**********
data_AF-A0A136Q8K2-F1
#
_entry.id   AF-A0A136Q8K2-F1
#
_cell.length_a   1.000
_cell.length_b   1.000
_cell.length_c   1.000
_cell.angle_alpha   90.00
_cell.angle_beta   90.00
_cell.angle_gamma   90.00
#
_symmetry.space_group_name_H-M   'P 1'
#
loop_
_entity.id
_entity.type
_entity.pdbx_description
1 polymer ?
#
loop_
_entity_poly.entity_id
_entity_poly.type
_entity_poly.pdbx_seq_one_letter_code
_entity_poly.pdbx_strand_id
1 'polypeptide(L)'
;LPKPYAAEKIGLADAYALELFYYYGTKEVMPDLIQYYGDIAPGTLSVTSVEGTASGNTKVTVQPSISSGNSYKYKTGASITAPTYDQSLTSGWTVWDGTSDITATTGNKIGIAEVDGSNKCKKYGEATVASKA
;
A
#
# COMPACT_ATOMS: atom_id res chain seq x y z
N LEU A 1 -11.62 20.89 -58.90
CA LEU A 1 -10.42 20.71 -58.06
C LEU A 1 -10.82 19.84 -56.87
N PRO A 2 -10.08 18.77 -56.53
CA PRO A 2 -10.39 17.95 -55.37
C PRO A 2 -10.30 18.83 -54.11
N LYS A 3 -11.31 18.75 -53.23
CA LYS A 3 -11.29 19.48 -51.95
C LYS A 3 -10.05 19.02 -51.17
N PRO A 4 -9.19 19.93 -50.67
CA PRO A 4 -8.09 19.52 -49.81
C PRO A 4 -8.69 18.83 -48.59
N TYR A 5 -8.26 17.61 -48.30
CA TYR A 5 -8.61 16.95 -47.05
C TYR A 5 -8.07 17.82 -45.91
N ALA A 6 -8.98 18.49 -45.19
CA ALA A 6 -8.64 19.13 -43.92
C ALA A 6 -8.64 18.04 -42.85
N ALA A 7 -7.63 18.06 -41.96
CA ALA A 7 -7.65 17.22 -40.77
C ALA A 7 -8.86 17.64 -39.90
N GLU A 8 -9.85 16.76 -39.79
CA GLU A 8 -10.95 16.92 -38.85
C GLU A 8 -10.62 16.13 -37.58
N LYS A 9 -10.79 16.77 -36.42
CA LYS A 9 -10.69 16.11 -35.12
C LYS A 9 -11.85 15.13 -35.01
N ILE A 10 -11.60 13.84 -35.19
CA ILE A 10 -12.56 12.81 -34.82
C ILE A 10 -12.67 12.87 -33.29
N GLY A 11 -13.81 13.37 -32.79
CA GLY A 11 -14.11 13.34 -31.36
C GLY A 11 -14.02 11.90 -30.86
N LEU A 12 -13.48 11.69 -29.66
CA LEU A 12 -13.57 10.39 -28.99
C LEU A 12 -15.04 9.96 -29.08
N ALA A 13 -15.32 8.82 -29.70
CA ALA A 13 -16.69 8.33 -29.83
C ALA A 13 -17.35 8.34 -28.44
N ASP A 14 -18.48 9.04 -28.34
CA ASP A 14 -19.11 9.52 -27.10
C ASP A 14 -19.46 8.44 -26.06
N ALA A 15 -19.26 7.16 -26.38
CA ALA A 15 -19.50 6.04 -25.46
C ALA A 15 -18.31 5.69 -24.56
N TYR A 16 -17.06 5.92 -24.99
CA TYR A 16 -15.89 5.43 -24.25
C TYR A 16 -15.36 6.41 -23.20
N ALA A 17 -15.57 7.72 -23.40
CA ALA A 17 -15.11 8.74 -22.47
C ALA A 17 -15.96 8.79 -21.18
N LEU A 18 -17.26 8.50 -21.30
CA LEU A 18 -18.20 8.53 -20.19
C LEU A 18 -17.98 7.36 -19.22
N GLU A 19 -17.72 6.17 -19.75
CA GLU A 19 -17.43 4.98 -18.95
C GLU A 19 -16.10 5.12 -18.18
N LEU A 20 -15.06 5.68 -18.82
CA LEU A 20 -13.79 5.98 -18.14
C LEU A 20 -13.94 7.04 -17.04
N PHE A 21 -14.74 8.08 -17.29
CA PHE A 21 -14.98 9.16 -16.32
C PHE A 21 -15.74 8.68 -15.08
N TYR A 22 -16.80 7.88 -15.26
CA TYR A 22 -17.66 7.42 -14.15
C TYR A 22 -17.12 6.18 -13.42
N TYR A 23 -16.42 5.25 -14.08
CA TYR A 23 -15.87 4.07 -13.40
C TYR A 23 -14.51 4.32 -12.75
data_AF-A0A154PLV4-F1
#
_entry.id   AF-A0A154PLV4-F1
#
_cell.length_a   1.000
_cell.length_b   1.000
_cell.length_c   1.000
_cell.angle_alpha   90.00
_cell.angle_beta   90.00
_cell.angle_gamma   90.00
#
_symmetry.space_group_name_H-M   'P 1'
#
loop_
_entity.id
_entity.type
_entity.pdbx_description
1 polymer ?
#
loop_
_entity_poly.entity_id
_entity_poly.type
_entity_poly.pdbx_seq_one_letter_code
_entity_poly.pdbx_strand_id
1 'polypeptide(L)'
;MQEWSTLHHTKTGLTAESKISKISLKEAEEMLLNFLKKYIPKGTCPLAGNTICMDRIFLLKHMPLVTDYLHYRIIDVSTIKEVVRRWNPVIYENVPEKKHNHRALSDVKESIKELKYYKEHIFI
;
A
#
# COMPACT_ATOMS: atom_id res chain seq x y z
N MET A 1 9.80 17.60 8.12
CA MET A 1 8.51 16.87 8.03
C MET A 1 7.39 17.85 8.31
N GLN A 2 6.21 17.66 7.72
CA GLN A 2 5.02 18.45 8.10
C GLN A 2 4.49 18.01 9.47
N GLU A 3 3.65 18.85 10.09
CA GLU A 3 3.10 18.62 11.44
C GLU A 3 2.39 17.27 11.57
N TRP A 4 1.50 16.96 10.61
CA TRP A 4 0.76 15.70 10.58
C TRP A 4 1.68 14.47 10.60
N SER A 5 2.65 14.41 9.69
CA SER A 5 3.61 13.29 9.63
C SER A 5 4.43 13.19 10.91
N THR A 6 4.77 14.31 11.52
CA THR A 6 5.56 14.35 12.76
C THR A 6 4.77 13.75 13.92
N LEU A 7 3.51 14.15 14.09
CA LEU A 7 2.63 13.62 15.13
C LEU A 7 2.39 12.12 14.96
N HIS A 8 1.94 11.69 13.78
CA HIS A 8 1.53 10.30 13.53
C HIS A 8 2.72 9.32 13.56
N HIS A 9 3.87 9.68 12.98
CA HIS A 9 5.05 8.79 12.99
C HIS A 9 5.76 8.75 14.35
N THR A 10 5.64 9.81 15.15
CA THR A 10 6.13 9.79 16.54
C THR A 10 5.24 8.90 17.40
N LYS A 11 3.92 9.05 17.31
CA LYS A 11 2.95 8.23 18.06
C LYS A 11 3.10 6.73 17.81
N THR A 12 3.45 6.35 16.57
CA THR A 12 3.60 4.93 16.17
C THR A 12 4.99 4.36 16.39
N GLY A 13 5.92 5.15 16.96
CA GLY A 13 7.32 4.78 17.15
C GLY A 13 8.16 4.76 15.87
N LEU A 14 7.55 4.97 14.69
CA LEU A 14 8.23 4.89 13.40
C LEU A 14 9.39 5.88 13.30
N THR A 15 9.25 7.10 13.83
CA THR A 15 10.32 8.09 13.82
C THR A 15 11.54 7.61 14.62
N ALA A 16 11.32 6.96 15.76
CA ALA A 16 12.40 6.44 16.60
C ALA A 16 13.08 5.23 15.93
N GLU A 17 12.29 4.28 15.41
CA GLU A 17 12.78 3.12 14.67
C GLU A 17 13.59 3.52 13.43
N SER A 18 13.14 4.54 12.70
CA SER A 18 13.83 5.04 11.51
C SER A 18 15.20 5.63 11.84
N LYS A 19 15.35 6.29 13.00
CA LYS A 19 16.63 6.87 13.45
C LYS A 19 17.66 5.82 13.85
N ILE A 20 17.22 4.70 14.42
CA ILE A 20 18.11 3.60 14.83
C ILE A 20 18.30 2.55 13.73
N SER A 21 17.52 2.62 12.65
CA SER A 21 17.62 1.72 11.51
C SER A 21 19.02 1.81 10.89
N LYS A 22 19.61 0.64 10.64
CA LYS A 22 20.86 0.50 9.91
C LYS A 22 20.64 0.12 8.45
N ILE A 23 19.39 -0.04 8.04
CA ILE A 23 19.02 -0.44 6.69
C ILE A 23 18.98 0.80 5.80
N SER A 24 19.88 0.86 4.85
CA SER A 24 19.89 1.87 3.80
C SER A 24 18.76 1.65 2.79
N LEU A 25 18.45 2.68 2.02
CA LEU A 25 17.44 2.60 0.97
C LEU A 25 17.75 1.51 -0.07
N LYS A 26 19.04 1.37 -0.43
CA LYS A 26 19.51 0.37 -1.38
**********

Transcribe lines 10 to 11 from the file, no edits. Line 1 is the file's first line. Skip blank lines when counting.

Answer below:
_cell.angle_gamma   90.00
#